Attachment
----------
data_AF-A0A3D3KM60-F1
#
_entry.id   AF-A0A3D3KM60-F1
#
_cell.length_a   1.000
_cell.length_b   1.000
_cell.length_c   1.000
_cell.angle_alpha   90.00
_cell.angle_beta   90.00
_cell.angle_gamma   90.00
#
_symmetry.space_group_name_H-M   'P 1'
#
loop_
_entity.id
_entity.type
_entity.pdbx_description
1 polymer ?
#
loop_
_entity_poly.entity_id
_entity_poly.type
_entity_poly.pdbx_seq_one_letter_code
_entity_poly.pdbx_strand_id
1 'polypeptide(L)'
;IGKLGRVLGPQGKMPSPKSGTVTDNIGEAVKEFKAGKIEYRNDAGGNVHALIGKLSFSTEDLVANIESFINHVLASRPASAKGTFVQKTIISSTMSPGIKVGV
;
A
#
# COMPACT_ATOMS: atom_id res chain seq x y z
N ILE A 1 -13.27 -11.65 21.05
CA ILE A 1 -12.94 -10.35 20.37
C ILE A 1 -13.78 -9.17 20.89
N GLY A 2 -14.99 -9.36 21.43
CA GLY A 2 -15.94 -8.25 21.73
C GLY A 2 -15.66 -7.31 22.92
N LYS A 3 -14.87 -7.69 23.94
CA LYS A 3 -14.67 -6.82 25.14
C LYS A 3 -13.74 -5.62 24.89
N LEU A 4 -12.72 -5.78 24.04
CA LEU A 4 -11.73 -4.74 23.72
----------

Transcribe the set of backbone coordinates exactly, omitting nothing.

data_AF-A0A3D3KM60-F1
#
_entry.id   AF-A0A3D3KM60-F1
#
_cell.length_a   1.000
_cell.length_b   1.000
_cell.length_c   1.000
_cell.angle_alpha   90.00
_cell.angle_beta   90.00
_cell.angle_gamma   90.00
#
_symmetry.space_group_name_H-M   'P 1'
#
loop_
_entity.id
_entity.type
_entity.pdbx_description
1 polymer ?
#
loop_
_entity_poly.entity_id
_entity_poly.type
_entity_poly.pdbx_seq_one_letter_code
_entity_poly.pdbx_strand_id
1 'polypeptide(L)'
;IGKLGRVLGPQGKMPSPKSGTVTDNIGEAVKEFKAGKIEYRNDAGGNVHALIGKLSFSTEDLVANIESFINHVLASRPASAKGTFVQKTIISSTMSPGIKVGV
;
A
#
# COMPACT_ATOMS: atom_id res chain seq x y z
N ILE A 1 -13.27 -11.65 21.05
CA ILE A 1 -12.94 -10.35 20.37
C ILE A 1 -13.78 -9.17 20.89
N GLY A 2 -14.99 -9.36 21.43
CA GLY A 2 -15.94 -8.25 21.73
C GLY A 2 -15.66 -7.31 22.92
N LYS A 3 -14.87 -7.69 23.94
CA LYS A 3 -14.67 -6.82 25.14
C LYS A 3 -13.74 -5.62 24.89
N LEU A 4 -12.72 -5.78 24.04
CA LEU A 4 -11.73 -4.74 23.72